New Jobless Claims: 2013 Has Been a Good Year for Seasonal Adjustment

Headlines have highlighted the fact that  new jobless claims have fallen to 335,000 and 330,000, respectively, in the past two weeks.  News reports state that new unemployment insurance claims have dropped to their lowest levels in five years.  These statements are based on seasonally adjusted data.  The following table shows seasonally adjusted and unadjusted new jobless claims data in the first three weeks of 2012 and 2013.

 

New Unemployment Insurance Claims

Date Seasonally Unadjusted Seasonally Adjusted
January 7, 2012

646,219

390,000

January 14, 2012

525,422

364,000

January 21, 2012

416,880

372,000

Avg First 3 weeks 2012

529,507

375,333

   

 

January 5, 2013

557,798

375,000

January 12, 2013

556,710

335,000

January 19, 2013

436,766

330,000

Avg First 3 weeks 2013

517,091

346,667

 The table indicates that while seasonally unadjusted new UI claims have been 2.3% lower in early 2013 than early 2012, seasonally adjusted new UI claims  dropped by 7.6% from one year ago.  The average seasonal adjustment factor in the first three weeks of 2013 reduced claims by 33% while the adjustment factor was 29% over the same three weeks in 2012.  Had the same adjustment factors been used in both 2012 and 2013, new UI claims would have averaged 366,533 per week in January 2013.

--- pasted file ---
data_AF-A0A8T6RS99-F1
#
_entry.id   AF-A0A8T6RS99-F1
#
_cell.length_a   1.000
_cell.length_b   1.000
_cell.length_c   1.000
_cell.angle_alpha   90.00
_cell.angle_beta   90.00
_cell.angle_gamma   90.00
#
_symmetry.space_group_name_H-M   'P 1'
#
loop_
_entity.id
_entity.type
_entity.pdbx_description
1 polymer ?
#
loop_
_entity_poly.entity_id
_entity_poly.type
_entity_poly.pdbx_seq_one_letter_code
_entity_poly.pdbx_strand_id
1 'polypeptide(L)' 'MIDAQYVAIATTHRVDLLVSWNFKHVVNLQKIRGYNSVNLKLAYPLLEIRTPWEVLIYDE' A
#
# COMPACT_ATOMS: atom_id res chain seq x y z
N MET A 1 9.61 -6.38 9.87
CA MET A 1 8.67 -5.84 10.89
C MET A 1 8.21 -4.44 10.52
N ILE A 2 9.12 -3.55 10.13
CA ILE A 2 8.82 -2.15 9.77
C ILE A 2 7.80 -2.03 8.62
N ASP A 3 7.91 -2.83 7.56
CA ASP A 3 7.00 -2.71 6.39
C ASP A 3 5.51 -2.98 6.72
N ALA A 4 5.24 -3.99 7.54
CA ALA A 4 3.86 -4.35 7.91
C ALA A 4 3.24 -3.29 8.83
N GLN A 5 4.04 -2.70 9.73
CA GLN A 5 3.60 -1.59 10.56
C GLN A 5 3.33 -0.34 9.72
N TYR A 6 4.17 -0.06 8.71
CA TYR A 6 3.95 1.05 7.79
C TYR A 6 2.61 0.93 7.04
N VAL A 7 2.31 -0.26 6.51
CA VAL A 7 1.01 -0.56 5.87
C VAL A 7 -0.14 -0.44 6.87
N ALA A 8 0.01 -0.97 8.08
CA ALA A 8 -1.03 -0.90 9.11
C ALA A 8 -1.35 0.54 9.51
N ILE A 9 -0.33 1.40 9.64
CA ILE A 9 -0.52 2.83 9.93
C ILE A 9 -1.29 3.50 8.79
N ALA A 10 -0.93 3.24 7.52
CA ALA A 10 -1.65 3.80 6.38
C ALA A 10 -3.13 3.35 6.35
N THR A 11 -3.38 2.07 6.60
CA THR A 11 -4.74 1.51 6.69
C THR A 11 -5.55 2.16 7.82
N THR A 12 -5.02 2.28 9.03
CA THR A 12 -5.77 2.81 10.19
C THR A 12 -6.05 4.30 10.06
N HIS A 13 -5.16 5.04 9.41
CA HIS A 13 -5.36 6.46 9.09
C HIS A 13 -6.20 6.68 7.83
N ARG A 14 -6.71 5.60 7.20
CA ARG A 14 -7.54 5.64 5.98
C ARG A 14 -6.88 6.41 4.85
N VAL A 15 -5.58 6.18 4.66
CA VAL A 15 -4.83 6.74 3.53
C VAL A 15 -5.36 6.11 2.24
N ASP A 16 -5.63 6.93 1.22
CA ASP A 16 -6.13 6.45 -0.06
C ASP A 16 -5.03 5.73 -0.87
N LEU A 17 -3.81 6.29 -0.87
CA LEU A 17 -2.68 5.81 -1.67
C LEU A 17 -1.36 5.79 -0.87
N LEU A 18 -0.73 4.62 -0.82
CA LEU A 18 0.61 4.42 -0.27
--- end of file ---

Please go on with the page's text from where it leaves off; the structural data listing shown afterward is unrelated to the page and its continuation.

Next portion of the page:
An average of 366,533 new UI claims per week is better than we have seen for much of the recovery, but it is certainly not the lowest level in the past five years.  As recently as late September and early October of 2012 the average number of seasonally adjusted new UI claims fell below 360,000 per week.  The last few weeks have seen unusually large seasonal adjustment factors making the difference between seasonally adjusted and unadjusted new UI claims larger than we have seen in recent memory.  The news on jobless claims is good, but the large seasonal adjustment may be overstating the improvement over the past few weeks.

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